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Flik is an ant on an island of ants
With a tree rising over each head.
They spend their days harvesting grain from the plants
To keep hungry grasshoppers fed.
Considered a fool, poor Flik just wants a chance
To prove that he’s helpful instead.
 
When Flik inadvertently ruins the food,
The grasshoppers’ chief, who’s named Hopper,
Demands they pick double to keep them subdued,
Which he says for an ant is quite proper.
But Flik has the chutzpah to swiftly conclude
They need warriors or a crime stopper.
 
While Atta, the princess, is dubious still,
It’s a way to get rid of Flik fast.
So while they start picking, Flik leaves the anthill
To prove himself useful at last.
A nearby bug city yields little until
A “warrior” posse rolls past.
 
Flik begs them to come, for he thinks that they’re tough,
But they’re really a lame circus show.
Back home, Flik tells all that these bugs have the stuff
To make Hopper finally go.
Yet all the bugs balk when it’s made plain enough
They’re expected to battle a foe.
 
They all want to leave, but a bird intervenes,
And their actions impress the ant crowd.
Flik has an idea that’s approved by the queens,
And the warriors speak it aloud.
They all build a bird in a montage of scenes,
And, once finished, everyone’s proud.
 
They plan to scare Hopper away with the bird,
And they celebrate into the night,
But soon the shocked ant colony gets the word
That clowns are assisting their plight.
They banish both Flik and the bugs he referred,
As they lose their conviction to fight.
 
The food they collect doesn’t please Hopper’s crew,
So the grasshoppers lock down the ants,
But young Princess Dot flies to Flik, who withdrew,
And he makes a plan in advance.
The circus bugs help to distract Hopper’s view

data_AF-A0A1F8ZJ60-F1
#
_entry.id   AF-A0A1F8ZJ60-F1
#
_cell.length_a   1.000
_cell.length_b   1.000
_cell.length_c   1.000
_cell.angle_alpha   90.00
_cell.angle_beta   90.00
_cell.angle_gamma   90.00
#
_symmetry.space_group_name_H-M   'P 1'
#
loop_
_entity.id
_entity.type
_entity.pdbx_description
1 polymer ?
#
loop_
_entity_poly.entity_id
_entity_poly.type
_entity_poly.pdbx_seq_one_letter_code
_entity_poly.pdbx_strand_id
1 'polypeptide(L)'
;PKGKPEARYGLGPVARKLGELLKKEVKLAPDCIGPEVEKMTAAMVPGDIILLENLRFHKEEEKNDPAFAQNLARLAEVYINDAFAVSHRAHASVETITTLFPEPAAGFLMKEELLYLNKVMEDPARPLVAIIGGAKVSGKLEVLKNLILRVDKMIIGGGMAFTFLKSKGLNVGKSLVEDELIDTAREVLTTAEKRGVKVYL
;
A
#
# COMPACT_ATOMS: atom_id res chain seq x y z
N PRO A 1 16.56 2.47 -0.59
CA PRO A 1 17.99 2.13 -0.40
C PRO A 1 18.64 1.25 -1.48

While Flik gets their “bird” to advance.
 
The “bird” scares the foe, but Flik’s scheme is revealed,
And Hopper’s enraged at this cretin.
Yet, seeing their numbers, the ants take the field
And the grasshopper hordes are soon beaten.
In seeking revenge, Hopper’s own fate is sealed
When he finds a real bird and is eaten.
 
With the grasshoppers gone and their freedom restored,
The ants honor Flik and his friends.
The circus bugs wave, and, with extras aboard,
They leave as their wagon ascends.
And Flik at last gets a true hero’s reward,
Romance and the gladdest of ends.
_____________________
 

All of Pixar’s films are wonderful to varying degrees, and the fact that A Bug’s Life (or any film) is this low on the list doesn’t mean it’s a poor film, just one I like less than others. This insect fable is the lowest Pixar movie on my list (I’ll admit that Cars 2 wasn’t good enough to make the cut, and I haven’t yet seen Monsters University), but it remains a funny and endearing classic. While the main plot is clearly drawn from Akira Kurosawa’s Seven Samurai and the concept is quite similar to DreamWorks’s Antz, released just a month earlier, A Bug’s Life has enough lovable characters and subtle humor to be original enough to blow Antz out of the water, though Woody Allen’s film still has its good points.

One amazing aspect of the film is its many diverse characters. There are a ladybug, a walking stick, a caterpillar, a butterfly, a praying mantis, a rhinoceros beetle, a spider, two pill bugs, a flea, two main grasshoppers, and at least seven named ants, and every one is given a distinct personality and great character moments. As many times as I’ve seen A Bug’s Life, there continue to be little details I hadn’t noticed; for instance, my VC pointed out that the awesome score would have fit well in a western, leading to observations of similarities to westerns, such as good guys being called in to stop outlaws, the desert location of Hopper’s vacation spot, and the flea’s stagecoach-like circus wagon.

The large cast of uniquely developed individuals has become typical of Pixar’s films, started by Toy Story and continued by the likes of Cars and Finding Nemo. A Bug’s Life also sticks out in my mind for the unusually gruesome death of the villain. Hopper is actually devoured alive, setting a precedent, followed by other cartoons like The Incredibles and Up, that animated bad guys can meet almost any horrific end as long as it is offscreen.

A Bug’s Life may be Pixar’s least original film and one of its least memorable, but it is still a fun adventure with lovely, though still developing CGI animation, countless laugh-out-loud insect-themed jokes, and a hilarious voice cast.

Best line: (a fly at the circus) “I only got twenty-four hours to live, and I ain’t gonna waste it here.”

VC’s best line: (waitress) “Who ordered the poo poo platter?” (Flies swarm all over it.)

 
Artistry: 5
Characters/Actors: 8
Entertainment: 8
Visual Effects: 5
Originality: 4
Watchability: 7
Other (I just like other films better): -4
 
TOTAL: 33 out of 60
 

Next: #279 – The Muppets

© 2014 S. G. Liput

 

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